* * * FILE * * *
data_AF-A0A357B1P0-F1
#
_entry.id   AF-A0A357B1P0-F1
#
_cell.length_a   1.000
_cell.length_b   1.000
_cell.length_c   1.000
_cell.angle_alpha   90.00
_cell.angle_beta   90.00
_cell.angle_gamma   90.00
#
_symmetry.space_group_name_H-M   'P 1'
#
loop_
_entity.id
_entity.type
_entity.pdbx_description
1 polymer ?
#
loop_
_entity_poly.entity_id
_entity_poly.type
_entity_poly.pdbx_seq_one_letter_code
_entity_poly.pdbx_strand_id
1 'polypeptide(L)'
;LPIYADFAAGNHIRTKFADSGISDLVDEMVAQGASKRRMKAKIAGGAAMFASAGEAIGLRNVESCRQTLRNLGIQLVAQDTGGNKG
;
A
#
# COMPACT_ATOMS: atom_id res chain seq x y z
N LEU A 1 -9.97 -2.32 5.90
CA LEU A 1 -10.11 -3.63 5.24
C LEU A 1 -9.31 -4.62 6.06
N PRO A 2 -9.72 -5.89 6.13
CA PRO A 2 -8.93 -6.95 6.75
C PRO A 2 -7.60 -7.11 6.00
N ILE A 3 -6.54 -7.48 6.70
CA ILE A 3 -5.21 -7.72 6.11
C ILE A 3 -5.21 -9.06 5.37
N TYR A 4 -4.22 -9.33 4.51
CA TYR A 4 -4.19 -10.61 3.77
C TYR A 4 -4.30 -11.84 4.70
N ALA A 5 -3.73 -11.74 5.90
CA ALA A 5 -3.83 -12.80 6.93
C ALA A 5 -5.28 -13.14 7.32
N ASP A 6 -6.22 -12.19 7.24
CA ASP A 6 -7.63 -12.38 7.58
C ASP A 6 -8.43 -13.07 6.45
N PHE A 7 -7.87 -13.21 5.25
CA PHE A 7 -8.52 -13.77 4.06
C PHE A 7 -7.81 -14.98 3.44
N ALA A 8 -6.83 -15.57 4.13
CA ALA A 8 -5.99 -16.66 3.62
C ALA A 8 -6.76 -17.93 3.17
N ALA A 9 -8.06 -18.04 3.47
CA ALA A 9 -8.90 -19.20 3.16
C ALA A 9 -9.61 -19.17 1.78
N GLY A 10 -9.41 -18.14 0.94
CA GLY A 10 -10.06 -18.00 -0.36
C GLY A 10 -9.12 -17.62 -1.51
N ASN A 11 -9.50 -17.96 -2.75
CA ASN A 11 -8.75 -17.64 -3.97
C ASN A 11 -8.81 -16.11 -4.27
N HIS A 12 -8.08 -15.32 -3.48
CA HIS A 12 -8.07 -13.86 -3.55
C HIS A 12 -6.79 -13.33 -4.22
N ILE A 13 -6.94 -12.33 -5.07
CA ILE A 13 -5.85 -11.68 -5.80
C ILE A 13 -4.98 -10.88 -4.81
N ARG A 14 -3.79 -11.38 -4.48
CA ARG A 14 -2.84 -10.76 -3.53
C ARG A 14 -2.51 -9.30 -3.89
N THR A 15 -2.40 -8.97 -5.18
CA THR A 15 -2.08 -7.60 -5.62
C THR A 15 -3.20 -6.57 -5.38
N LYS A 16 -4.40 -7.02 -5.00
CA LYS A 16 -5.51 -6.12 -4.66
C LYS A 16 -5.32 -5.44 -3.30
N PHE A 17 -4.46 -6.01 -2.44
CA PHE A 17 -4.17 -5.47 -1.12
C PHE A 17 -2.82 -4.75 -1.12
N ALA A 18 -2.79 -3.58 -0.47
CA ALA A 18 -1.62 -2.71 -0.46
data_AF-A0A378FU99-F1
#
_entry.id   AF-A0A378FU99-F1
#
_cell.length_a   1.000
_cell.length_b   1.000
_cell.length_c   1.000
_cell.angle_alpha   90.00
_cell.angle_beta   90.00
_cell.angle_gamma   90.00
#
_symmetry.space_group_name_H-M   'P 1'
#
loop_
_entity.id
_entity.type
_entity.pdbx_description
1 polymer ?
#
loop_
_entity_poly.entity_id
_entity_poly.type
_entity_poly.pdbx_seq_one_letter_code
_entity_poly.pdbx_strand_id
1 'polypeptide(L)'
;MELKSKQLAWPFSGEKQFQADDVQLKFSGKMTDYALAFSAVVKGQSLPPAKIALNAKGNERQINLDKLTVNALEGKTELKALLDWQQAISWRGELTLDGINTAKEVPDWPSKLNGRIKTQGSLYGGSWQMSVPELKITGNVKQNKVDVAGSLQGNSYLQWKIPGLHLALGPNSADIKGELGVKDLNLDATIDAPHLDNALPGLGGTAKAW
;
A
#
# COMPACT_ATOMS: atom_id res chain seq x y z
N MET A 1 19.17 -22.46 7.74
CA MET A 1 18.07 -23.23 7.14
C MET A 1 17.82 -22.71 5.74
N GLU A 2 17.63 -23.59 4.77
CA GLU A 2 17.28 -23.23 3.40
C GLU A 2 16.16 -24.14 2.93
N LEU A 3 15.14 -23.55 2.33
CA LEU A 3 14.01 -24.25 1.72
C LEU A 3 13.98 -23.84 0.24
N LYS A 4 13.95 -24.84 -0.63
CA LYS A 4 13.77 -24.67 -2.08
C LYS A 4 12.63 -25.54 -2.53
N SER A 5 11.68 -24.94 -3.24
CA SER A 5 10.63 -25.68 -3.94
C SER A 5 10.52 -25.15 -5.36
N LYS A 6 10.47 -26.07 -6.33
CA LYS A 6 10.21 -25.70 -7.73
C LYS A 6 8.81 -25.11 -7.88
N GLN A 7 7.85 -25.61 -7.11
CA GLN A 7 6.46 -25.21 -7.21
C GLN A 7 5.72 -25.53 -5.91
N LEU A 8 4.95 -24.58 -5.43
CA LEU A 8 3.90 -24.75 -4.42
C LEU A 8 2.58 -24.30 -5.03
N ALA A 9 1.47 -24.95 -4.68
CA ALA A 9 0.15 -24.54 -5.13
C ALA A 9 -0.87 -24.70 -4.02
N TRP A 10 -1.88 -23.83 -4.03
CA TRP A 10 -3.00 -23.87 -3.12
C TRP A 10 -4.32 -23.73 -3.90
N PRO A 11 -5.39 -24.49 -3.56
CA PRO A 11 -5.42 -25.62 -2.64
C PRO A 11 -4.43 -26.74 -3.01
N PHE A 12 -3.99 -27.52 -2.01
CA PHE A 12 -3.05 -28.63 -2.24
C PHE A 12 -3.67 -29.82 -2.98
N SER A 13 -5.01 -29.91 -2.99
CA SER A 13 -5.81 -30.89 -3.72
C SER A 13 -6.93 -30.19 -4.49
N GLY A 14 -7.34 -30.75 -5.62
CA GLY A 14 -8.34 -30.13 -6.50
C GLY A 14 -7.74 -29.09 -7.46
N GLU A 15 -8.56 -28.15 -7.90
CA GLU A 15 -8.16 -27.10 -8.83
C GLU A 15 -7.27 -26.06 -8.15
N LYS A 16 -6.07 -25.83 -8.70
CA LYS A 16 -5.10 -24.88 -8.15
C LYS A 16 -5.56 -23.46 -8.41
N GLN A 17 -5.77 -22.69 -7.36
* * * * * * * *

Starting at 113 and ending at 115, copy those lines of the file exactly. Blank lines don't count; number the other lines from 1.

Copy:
# COMPACT_ATOMS: atom_id res chain seq x y z
N MET A 1 19.17 -22.46 7.74
CA MET A 1 18.07 -23.23 7.14